According to people familiar with the matter, underwriters for the $9 billion stock sale by American International Group Inc. and the U.S. Treasury have indications of interest from investors for about half the offering.
Most of the indications of interest, which were at an average price of about $30 a share, were obtained before the launch of the formal "roadshow" for the sale, which began in Europe late last week, the people said.The roadshow will bring AIG's management this week to major cities in the U.S. where most of its potential investors are located.
AIG and the U.S. last Wednesday commenced a public offering of 300 million shares, two-thirds of which belong to the government and are being sold to repay the insurer's 2008 bailout.
Treasury would profit from the sale if it can sell its shares above $28.70. Shares closed Friday at $30.42, down 75 cents or 2.4%.
Prior to the start of the roadshow, bankers conducted what is known as a "wall-crossed offering," where financial information about the company was provided to investors who signed confidentiality agreements, according to people familiar with the matter.
These investors who "went over the wall" told bankers how many shares they would be willing to buy at what prices, subject to market conditions. The indications aren't binding commitments.
The $30 price is just below where the stock was trading during this stage of the marketing. When the market price for the roughly 145 million shares that already trade publicly dipped below $30 early last week, AIG officials debated postponing the sale, but ultimately agreed with Treasury to proceed with the offering.
The early investor interest suggests the government has a good chance of turning a profit on the first leg of the AIG sales. Treasury currently owns 92.1% of AIG, or 1.66 billion shares, which it plans to sell off over at least a year.
The smaller-than-expected size of this month's AIG stock offering, which some investors had earlier envisioned at over $20 billion, may help create an impression of "scarcity" which could help fuel demand in the coming days, the people familiar with the sale said.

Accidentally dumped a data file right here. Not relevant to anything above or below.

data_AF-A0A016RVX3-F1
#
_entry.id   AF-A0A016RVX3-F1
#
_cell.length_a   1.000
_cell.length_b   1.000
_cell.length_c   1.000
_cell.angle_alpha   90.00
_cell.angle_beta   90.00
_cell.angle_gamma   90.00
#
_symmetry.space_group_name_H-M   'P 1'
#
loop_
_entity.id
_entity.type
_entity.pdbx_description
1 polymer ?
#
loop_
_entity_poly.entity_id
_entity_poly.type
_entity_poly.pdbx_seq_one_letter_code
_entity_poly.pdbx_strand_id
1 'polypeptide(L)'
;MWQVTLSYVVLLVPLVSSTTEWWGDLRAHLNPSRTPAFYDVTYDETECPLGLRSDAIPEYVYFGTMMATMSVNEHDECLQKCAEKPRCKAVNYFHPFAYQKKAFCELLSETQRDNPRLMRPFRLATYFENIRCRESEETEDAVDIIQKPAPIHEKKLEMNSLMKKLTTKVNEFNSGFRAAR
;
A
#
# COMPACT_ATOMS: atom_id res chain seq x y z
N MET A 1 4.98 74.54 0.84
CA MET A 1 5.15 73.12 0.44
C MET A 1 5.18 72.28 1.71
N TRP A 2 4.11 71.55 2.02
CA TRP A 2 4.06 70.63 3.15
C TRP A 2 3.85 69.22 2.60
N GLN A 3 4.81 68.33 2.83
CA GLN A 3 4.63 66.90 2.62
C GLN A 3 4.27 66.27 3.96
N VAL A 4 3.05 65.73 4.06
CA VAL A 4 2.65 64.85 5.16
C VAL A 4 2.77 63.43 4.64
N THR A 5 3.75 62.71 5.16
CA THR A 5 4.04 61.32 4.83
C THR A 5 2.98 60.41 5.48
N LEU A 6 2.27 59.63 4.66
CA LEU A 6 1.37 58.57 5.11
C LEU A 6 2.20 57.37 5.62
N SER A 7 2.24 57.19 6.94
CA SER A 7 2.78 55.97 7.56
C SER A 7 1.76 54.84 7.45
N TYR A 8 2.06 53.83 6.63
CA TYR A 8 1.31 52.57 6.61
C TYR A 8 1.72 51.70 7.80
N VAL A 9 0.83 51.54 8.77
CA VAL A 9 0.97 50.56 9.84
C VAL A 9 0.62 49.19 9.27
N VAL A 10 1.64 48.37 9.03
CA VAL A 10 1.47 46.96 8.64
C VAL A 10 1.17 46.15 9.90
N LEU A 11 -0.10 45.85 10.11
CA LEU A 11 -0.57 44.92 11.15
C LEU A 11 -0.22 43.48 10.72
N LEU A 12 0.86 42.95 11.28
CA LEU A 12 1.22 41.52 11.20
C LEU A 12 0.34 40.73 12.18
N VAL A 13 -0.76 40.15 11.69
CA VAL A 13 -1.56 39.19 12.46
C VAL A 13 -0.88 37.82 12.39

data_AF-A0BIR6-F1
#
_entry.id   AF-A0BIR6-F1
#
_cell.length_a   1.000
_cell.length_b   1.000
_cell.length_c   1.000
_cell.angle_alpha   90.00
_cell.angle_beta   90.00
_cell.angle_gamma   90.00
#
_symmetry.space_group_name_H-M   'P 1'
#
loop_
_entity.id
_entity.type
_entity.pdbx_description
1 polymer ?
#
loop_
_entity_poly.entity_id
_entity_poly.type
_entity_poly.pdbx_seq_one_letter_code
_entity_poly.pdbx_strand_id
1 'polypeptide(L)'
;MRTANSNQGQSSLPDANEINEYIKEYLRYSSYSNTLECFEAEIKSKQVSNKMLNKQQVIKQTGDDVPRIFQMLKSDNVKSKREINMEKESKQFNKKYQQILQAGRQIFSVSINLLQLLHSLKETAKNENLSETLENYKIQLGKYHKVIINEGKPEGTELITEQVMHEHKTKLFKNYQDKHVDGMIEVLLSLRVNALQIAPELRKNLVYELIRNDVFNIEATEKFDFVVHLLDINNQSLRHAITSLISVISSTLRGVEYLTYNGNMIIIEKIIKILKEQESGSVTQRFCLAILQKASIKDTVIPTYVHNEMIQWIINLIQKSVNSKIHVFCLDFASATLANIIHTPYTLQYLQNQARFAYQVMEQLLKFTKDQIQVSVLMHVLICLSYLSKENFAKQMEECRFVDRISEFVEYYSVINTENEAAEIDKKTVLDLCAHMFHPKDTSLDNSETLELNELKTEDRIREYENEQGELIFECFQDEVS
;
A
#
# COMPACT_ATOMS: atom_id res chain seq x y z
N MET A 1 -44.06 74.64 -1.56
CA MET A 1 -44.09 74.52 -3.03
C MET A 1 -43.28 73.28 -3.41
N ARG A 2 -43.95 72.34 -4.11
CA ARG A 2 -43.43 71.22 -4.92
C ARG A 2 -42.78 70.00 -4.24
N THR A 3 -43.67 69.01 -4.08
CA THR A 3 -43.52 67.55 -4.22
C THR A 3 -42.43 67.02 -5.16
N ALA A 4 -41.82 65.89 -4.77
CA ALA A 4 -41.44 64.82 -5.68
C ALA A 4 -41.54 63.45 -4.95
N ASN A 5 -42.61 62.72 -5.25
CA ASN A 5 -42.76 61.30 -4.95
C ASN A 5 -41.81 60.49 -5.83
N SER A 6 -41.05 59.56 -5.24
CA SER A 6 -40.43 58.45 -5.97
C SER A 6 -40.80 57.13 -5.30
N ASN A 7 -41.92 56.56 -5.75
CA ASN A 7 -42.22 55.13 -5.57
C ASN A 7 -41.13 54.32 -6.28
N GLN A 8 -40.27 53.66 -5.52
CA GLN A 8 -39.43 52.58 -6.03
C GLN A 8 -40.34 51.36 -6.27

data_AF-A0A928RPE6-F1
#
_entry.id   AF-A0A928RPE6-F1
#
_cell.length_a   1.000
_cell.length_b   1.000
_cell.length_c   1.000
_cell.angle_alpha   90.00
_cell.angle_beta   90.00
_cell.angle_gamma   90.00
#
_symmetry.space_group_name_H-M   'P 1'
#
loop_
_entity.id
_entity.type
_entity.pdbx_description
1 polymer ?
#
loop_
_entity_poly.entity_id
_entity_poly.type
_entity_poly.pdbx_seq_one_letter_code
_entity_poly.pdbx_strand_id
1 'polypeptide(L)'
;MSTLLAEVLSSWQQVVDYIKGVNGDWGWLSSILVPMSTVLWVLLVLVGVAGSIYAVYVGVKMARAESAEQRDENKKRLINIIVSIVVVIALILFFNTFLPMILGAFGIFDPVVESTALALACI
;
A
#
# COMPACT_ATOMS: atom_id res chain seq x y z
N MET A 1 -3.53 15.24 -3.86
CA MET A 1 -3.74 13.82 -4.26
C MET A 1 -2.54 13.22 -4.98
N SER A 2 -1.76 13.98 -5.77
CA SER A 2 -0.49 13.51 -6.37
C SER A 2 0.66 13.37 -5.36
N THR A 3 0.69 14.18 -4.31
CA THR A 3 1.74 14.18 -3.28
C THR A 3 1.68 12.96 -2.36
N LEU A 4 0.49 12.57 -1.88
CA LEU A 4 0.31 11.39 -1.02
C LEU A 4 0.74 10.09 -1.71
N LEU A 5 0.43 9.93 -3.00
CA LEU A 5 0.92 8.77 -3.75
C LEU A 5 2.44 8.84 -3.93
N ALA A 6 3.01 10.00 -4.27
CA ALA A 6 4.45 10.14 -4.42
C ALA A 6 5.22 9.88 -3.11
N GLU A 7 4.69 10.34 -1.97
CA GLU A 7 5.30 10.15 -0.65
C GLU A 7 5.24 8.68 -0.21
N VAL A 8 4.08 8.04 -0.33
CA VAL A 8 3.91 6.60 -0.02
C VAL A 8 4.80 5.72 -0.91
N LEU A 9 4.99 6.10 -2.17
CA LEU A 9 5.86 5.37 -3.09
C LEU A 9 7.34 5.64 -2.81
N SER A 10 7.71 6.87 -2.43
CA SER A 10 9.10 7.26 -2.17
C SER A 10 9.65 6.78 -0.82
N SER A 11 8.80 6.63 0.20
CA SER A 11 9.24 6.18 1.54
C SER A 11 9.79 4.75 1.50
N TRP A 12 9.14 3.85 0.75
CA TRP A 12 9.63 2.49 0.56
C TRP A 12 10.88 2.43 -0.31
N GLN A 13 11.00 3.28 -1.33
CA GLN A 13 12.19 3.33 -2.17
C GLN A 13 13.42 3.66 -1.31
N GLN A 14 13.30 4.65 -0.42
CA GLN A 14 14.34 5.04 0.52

While Treasury would have preferred to sell a larger number of shares at a high price in the first offering, U.S. and AIG officials opted to roll out a smaller share offering to improve their chances of making money for taxpayers on the sale.
Getting a sale done this month would also significantly increase the number of shares in the hands of private investors from just 7.9% of the company currently to roughly 25% of its outstanding shares. AIG officials have blamed the small number of shares currently traded publicly for big swings in its stock price.
AIG's top management is scheduled to meet with investors in New York on Monday and Tuesday, followed by Boston, San Francisco, Los Angeles and the mid-Atlantic later in the week. The offering is expected to be priced early next week after the roadshow concludes with stops in Minneapolis and Chicago.
The offering is being led by Bank of America Merrill Lynch, Deutsche Bank AG, Goldman Sachs Group Inc., and J.P. Morgan Chase & Co. The planned sale of 300 million shares includes an option to increase the number of shares sold by 15%. It is possible that the offering size could be increased modestly, depending on investor interest and market conditions, people familiar with the matter say.
An initial public offering led by the U.S. Treasury of stock in General Motors Co. last November used such a playbook, starting with a proposed sale of as little as $10.9 billion in common shares which was later boosted to $18.2 billion in response to investor demand.